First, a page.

When are trillion dollar deficits not an “immediate crisis ? When the deficit as a percentage of GDP goes back to “normal” levels.
That’s the reasoning of a growing number of Democrats on Capitol Hill who want all this budget cutting nonsense to stop so they can go back to good old fashioned deficit spending in order to “stimulate” the economy.
Fueled by some outside commentators like the New York Times’ Paul Krugman who believe there is no immediate debt crisis, a growing number of Democrats are resisting more budget cuts, believing that slashing government spending slows the economy.
A column by Ben White and Tarini Parti in Politico looks at the growing number of Democrats who believe “austerity” has run its course and the time is now to increase spending as a stimulus to get the economy growing faster.
It should be noted that many of the Democrats mentioned in this article are not far left liberals. And the authors point out that even some conservative think tanks have issued papers recently urging caution in cutting more from the budget.
These Democrats and their intellectual allies once occupied the political fringes, pushed aside by more moderate members who supported both immediate spending cuts and long-term entitlement reforms along with higher taxes.
But aided by a pile of recent data suggesting the deficit is already shrinking significantly and current spending cuts are slowing the economy, more Democrats such as Virginia Sen. Tim Kaine and Maryland Rep. Chris Van Hollen are coming around to the point of view that fiscal austerity, in all its forms, is more the problem than the solution.
This group got a huge boost this month with the very public demolition of a sacred text of the austerity movement, the 2010 paper by a pair of Harvard professors arguing that once debt exceeds 90 percent of a country’s gross domestic product, it crushes economic growth.
Turns out that’s not what the research really showed. The original findings were skewed by a spreadsheet error, among other mistakes, and it’s helping shift the manner in which even middle-of-the-road Democrats talk about debt and deficits.
“Trying to just land on the debt too quickly would really harm the economy; I’m convinced of that,” Kaine, hardly a wild-eyed liberal, said in an interview. “Jobs and growth should be No. 1. Economic growth is the best anti-deficit strategy.”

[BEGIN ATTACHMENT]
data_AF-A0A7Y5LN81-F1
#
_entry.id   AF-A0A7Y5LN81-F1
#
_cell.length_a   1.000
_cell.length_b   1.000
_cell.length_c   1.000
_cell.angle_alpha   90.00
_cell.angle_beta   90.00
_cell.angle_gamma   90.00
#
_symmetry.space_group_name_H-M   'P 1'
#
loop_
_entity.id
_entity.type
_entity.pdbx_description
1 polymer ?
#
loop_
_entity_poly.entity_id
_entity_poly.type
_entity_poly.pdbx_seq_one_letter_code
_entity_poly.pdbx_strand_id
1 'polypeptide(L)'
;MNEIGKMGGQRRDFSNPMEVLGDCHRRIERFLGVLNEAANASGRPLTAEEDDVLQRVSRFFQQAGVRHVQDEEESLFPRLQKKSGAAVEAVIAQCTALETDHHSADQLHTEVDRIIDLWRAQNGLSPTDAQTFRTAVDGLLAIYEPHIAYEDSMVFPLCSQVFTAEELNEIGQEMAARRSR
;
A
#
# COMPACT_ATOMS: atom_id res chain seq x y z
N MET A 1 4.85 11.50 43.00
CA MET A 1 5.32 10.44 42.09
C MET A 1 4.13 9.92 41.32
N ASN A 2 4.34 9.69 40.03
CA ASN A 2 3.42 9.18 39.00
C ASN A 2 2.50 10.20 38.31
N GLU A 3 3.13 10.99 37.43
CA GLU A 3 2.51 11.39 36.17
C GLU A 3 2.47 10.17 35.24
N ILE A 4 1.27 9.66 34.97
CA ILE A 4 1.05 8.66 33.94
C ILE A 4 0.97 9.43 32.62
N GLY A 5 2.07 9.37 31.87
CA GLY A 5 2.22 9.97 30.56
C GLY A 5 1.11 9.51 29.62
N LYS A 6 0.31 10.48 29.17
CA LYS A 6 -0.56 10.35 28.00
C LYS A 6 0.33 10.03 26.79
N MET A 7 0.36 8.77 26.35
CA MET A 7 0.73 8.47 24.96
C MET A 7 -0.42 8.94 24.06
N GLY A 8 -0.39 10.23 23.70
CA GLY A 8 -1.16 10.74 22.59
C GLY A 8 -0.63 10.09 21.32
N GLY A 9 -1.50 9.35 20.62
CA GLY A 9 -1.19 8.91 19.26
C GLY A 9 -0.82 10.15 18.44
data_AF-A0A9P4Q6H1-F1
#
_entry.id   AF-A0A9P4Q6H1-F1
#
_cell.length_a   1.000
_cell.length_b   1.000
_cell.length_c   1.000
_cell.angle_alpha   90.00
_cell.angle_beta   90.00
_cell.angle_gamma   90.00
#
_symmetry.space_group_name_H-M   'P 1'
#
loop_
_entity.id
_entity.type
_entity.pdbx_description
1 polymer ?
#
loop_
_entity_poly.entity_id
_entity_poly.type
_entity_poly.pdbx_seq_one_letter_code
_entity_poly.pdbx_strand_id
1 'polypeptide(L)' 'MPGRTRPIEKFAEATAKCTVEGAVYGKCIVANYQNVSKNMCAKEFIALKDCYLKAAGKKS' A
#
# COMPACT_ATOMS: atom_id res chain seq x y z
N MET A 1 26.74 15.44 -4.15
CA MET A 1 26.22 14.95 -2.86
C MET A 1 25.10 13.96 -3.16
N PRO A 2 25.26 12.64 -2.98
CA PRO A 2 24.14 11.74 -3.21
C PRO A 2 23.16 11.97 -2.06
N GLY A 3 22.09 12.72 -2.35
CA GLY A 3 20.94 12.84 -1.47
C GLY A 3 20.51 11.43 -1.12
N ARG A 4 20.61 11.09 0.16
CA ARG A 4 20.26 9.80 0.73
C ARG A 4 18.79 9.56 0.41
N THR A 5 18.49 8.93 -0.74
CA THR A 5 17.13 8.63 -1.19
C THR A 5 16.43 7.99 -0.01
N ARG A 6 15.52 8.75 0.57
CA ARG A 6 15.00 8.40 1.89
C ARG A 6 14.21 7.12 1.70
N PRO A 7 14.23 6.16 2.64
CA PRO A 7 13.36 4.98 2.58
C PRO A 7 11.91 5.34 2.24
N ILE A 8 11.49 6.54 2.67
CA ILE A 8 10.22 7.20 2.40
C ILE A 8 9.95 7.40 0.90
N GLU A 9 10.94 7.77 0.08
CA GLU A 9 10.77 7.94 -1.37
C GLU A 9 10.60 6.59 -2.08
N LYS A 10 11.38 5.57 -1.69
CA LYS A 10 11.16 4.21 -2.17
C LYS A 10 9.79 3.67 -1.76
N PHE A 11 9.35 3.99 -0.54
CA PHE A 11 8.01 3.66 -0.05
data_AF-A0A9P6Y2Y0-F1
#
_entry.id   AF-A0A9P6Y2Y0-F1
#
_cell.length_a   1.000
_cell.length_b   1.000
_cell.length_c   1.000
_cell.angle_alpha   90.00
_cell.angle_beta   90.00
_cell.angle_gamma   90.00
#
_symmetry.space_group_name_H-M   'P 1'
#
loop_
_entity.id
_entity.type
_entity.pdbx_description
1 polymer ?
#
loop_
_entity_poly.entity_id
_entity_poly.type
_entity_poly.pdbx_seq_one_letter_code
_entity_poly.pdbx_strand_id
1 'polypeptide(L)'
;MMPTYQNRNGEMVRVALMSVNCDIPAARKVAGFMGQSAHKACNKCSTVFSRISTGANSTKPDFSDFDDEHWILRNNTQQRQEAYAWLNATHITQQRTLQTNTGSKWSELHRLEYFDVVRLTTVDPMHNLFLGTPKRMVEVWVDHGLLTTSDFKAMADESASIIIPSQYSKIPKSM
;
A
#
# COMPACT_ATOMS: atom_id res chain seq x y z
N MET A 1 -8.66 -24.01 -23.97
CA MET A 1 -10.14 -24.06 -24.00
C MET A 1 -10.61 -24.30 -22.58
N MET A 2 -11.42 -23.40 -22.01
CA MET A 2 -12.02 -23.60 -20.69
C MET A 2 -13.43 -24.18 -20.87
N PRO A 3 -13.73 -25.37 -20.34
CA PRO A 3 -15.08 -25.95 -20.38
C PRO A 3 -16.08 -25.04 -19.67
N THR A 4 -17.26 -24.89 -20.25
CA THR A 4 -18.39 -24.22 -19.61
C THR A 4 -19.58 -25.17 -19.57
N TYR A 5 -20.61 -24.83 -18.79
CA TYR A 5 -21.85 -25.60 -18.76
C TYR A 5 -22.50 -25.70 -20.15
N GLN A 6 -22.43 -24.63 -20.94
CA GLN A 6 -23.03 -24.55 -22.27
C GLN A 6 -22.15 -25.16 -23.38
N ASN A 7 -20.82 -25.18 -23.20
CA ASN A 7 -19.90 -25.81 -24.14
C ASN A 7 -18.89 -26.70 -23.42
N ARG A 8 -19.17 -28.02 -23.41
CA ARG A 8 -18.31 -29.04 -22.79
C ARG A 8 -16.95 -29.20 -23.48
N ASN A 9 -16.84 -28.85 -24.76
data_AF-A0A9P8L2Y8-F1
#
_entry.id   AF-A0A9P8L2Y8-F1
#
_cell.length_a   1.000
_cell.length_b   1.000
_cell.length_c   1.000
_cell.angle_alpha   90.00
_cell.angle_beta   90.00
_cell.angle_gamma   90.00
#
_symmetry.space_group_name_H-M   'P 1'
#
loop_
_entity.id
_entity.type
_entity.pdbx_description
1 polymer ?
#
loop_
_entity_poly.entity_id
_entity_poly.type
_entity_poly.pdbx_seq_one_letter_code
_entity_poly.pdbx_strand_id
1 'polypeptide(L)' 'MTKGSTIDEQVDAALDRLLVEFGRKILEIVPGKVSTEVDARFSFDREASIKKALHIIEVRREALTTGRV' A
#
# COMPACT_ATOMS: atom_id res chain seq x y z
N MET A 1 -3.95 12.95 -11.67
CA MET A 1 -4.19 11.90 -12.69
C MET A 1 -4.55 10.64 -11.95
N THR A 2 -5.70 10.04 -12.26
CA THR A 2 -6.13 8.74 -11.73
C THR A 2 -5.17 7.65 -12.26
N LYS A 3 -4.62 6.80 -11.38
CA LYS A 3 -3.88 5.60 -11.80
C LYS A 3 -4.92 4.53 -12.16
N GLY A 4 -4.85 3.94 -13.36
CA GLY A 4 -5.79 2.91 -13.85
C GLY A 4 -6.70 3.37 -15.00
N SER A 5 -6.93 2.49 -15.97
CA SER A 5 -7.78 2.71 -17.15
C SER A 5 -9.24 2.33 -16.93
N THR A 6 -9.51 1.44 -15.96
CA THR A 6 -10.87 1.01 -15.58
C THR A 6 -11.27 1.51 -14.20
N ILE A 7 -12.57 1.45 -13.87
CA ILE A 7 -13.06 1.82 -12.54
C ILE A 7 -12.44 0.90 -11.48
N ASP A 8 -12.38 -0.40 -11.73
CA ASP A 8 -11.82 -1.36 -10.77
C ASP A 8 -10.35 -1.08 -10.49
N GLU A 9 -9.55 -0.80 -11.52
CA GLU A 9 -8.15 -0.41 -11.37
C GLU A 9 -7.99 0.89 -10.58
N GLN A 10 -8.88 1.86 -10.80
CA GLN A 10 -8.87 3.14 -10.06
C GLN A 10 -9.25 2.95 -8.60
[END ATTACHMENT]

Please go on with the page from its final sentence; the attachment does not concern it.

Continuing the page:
And the intellectual shift away from austerity is not just coming from the left.
The conservative American Enterprise Institute issued a paper last week saying Congress has already achieved enough deficit reduction for now. Other organizations not typically associated with free-spending liberalism, including the International Monetary Fund and Goldman Sachs, have cautioned that the austerity movement — which favors rapid reduction of national debt — may be worsening Europe’s economic problems and slowing down the U.S. recovery, as well.
“American fiscal austerity has been moderate and probably, at the current pace of deficit reduction of about $300 billion per year over the next half decade, has proceeded far enough for now,” AEI scholar John Makin wrote last week.
Does cutting the budget cause a slowdown in growth? As we all know, Washington isn’t “cutting” anything, but rather reducing the rate of growth in government programs. In the sense that the “normal” growth in spending for a government program is cut back slightly, it may affect certain procurement programs like weapons purchases. This would indeed be a loss of economic activity and thus put a damper on the economy.
Regardless of any justification for cutting spending by scholarly papers, the need to cut the budget and cut it now is a necessity. What Krugman and other “stimulus” advocates never mention is the politics of budget cutting, which is not concerned with the numbers of deficit reduction as much as it is with the art of the possible in negotiating a fix for our short and long term deficit problems.
Does anyone seriously believe if we get back to robust growth in the economy — 4% or more — that the political will to deal with our long term debt problems, our entitlement problems, and further deficit reduction will exist? It isn’t so much that the deficit and debt are “immediate” crisis in the sense that unless we balance the budget by next year, the economy will collapse. But once the economy improves, and revenue begins to recover, the need for deficit reduction disappears and Congress will go back to business as usual.
That’s the political reality. Without a spur to their behinds, Congress won’t deal with our debt and deficit problems. And that spur — uncontrolled deficits and a continual increase in our national debt — will disappear once the good times are rolling again.